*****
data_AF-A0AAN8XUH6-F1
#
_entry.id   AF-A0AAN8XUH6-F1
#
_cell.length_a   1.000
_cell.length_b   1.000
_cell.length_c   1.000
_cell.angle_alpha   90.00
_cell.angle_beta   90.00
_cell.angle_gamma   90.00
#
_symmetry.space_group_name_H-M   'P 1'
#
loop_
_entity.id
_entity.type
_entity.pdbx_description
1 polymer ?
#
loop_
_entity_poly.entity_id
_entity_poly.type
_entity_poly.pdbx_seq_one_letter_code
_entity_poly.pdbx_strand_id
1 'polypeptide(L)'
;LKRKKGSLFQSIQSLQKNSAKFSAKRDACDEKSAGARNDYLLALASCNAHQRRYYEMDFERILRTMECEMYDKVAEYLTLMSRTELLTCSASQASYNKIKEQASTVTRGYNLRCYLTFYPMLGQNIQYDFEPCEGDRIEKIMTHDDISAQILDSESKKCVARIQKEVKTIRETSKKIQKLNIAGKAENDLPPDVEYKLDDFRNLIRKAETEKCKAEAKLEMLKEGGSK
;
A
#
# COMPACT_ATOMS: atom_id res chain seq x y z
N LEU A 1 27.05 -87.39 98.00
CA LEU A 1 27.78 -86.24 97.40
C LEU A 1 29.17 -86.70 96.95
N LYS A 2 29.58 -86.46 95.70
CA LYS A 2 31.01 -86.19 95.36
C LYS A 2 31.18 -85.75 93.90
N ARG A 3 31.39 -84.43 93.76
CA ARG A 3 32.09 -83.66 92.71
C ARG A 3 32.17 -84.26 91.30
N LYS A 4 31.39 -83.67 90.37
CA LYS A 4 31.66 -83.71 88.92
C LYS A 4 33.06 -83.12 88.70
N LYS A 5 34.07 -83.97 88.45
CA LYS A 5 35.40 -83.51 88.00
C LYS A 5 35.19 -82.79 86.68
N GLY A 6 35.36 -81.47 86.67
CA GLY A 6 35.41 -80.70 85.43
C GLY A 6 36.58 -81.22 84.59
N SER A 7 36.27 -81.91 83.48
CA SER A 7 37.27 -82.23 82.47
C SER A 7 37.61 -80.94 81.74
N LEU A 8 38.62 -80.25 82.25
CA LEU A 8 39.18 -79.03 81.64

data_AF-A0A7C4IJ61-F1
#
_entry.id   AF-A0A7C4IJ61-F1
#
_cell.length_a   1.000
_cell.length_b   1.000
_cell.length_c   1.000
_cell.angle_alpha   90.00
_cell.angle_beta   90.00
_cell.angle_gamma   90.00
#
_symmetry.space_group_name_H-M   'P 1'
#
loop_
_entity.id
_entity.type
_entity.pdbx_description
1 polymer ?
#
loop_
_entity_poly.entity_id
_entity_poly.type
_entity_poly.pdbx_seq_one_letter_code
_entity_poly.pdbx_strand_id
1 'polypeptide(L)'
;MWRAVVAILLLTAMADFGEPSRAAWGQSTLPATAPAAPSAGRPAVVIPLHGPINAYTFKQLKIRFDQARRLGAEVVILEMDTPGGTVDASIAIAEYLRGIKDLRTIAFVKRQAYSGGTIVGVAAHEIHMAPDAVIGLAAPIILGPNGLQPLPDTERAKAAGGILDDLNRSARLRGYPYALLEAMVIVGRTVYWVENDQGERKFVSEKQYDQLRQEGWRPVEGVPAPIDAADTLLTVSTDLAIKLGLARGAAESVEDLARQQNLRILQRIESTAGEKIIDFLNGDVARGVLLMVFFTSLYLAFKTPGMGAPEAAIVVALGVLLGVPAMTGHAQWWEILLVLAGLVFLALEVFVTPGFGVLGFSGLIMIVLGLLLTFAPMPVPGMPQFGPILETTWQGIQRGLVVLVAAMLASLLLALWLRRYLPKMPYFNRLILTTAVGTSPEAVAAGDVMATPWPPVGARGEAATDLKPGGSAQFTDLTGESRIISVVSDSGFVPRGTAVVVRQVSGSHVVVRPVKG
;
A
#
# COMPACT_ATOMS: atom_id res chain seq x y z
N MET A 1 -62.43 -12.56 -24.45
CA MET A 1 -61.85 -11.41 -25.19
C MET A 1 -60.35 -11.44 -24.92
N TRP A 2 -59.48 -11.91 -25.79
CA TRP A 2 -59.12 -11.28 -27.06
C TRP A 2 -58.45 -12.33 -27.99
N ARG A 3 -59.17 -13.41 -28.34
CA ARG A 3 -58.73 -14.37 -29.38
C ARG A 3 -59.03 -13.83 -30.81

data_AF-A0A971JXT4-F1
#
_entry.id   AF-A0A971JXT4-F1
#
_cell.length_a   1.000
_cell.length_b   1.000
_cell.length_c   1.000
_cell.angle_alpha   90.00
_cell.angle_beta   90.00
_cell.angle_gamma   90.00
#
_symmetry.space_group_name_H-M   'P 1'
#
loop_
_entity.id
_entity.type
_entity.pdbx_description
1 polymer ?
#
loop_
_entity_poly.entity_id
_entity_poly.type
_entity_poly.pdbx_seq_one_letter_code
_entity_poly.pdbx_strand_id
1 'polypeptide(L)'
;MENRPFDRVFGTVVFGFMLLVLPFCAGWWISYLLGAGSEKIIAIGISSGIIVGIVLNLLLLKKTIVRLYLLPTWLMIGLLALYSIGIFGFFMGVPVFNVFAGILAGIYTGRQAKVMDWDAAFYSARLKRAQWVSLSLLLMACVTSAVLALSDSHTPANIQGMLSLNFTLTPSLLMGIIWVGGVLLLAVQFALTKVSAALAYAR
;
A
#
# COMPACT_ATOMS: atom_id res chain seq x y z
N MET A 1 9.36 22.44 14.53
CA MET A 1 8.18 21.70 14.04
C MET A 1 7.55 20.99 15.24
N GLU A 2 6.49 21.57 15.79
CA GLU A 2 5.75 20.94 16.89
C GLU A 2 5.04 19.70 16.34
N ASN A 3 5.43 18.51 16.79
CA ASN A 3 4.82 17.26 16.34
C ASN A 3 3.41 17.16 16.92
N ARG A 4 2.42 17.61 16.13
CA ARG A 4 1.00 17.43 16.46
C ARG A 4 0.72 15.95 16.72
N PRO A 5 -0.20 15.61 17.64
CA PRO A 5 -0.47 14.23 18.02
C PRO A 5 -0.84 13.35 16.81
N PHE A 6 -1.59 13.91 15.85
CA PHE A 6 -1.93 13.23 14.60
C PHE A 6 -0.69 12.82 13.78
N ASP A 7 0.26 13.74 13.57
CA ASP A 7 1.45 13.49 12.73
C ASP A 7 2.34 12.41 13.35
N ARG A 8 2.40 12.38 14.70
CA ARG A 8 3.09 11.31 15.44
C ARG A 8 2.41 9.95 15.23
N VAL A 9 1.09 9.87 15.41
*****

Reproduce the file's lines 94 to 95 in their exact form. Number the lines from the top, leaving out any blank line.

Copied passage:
#
_entry.id   AF-A0A971JXT4-F1